Des Moines, Iowa — A new report finds the size of Iowa’s pheasant population has fallen 83-percent since the mid-1990s due to disappearing habitat and a series of harsh winters. Kevin Baskins, a spokesman for the Iowa Department of Natural Resources, says habitat loss alone would have meant only a 26-percent drop in pheasant numbers.
(As above) “You kind of have an exponential effect when you have declining habitat combined with harsh winters because they have no cover to escape the conditions they’re facing,” Baskins says. “We’ve had several winters in a row with above-average snowfall.”
A milder winter a year ago, combined with the summer-long drought, helped the pheasant population somewhat. Baskins says the habitat loss combined with several severe winters is making it harder for pheasant chicks to survive.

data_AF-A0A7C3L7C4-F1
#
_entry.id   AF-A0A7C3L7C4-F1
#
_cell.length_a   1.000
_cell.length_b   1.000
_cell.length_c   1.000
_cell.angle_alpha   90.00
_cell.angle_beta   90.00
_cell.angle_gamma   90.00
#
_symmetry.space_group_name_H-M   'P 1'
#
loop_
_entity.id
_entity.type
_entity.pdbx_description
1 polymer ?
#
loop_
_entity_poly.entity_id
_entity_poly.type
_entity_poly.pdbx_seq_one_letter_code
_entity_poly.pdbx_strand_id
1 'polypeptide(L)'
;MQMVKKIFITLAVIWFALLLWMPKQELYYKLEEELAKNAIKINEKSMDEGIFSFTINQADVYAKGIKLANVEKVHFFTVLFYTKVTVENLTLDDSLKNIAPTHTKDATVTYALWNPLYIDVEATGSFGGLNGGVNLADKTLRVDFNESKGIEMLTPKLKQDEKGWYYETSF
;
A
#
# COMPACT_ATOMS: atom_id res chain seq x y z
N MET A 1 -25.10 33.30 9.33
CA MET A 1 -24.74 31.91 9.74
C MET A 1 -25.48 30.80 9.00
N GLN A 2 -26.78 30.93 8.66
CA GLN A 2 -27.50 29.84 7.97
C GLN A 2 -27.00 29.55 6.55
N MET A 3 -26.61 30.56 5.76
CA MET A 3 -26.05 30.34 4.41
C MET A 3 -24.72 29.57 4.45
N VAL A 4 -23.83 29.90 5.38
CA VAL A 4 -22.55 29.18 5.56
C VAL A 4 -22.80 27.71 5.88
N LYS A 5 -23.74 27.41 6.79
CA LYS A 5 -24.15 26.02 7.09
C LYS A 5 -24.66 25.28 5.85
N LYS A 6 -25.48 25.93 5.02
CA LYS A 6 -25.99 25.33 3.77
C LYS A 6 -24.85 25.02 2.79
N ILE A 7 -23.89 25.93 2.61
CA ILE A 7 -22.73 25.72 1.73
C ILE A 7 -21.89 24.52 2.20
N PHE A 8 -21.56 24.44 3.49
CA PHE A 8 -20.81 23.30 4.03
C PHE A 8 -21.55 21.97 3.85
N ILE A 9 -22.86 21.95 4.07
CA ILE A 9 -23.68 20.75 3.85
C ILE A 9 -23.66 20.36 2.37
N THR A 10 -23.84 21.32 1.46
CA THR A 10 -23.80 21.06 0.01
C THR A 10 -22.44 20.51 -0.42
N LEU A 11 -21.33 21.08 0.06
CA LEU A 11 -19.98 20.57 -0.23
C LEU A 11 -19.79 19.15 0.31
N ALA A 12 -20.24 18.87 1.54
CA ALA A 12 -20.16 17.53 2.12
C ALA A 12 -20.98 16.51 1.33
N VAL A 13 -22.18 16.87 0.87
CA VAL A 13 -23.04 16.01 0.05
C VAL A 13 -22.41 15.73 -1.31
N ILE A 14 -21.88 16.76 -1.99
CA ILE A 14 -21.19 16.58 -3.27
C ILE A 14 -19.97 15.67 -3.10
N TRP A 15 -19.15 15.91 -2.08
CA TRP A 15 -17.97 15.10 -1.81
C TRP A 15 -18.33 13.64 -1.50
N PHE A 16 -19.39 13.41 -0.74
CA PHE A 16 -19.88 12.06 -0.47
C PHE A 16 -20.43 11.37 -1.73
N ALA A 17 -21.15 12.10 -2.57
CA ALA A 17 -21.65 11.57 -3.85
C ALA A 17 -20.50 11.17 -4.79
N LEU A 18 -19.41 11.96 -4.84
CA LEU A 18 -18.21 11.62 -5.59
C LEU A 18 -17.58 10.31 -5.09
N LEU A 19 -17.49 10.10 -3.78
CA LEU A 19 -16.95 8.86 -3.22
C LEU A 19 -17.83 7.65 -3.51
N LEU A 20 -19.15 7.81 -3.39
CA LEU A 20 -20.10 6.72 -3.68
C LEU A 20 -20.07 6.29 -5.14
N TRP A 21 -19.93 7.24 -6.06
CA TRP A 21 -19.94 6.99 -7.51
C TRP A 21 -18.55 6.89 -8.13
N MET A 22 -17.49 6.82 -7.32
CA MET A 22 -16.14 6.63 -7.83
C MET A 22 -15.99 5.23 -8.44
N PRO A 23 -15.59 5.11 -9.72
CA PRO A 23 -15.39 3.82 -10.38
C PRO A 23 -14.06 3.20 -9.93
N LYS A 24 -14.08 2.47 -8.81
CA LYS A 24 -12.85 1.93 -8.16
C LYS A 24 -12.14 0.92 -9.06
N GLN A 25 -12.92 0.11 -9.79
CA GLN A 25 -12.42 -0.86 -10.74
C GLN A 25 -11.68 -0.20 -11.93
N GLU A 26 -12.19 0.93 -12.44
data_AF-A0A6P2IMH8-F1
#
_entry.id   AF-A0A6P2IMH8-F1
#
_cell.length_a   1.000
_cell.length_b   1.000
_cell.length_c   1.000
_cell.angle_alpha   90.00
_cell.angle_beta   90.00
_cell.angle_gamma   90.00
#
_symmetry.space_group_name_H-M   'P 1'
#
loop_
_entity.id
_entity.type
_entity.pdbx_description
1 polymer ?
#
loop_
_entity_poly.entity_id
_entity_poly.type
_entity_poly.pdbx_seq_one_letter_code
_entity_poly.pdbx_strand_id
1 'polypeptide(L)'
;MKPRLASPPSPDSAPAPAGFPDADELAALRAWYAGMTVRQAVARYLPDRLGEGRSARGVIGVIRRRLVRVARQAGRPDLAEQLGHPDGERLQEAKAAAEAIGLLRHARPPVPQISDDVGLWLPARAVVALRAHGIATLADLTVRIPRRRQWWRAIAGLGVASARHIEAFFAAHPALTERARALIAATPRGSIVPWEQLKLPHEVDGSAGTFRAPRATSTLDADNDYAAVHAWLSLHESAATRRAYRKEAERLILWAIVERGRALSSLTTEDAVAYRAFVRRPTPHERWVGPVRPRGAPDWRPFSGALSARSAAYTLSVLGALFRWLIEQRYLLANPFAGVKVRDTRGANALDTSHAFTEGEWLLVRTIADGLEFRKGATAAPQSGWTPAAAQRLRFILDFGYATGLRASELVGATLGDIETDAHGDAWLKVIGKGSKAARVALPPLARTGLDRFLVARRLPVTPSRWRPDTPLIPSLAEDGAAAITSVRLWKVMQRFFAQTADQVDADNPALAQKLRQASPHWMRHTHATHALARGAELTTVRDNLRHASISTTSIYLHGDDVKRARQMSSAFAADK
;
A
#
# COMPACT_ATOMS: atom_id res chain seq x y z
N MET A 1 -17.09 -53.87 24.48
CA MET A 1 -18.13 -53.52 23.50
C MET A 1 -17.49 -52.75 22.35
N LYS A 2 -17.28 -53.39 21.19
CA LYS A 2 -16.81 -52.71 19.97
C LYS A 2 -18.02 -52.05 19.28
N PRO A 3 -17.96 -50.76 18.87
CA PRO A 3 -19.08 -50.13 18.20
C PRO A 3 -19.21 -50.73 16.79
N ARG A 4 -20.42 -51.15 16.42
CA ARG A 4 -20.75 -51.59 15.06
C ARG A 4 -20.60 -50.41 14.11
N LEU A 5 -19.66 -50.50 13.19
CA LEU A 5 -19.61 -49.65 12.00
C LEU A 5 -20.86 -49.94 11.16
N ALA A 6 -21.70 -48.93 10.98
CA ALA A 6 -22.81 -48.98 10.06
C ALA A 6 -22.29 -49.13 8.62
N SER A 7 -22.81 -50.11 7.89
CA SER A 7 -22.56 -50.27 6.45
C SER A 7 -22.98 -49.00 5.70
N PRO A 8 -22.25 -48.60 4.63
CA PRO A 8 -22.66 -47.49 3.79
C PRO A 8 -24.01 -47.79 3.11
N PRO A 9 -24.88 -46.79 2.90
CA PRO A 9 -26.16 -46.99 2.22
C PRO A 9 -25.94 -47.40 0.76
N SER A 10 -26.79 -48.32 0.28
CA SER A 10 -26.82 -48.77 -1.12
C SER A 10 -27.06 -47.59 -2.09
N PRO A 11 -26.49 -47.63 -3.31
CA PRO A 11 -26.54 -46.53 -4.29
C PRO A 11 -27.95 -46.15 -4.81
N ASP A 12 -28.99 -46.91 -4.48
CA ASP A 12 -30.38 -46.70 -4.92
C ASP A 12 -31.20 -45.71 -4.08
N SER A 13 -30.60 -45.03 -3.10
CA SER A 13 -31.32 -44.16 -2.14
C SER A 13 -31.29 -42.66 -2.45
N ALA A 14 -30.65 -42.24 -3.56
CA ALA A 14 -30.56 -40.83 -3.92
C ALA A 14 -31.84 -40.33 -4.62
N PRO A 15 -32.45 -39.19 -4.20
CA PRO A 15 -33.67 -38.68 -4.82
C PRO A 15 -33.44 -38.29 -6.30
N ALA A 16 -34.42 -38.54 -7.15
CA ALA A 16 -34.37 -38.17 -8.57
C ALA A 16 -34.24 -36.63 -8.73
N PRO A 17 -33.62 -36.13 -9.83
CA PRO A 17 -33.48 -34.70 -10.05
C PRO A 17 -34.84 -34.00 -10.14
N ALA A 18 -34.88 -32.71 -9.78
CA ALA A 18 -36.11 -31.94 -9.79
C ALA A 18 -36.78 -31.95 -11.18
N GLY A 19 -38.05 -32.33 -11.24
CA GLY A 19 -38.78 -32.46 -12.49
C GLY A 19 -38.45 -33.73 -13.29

(As above) “The other big influence we have weatherwise is when we get into colder and wetter springs,” he says. “The chicks, when they’re hatching, if they’re exposed to those conditions, they succumb to the elements. They don’t have as high a survival rates when we get into the colder and wetter conditions after first hatching.”
Baskins says Iowa lost more than a million acres of habitat between 1996 and 2010. He says higher corn prices prompted many farmers to plow up land that normally would serve as habitat for the birds. Bob-white quail numbers are also in decline. The numbers come from the DNR’s 2013 report on the pheasant population.
On another hunting-related note, Governor Terry Branstad was one of the sportsmen at his annual deer hunt who snagged a trophy this weekend. The governor shot an eight-point buck at about five o’clock Saturday afternoon.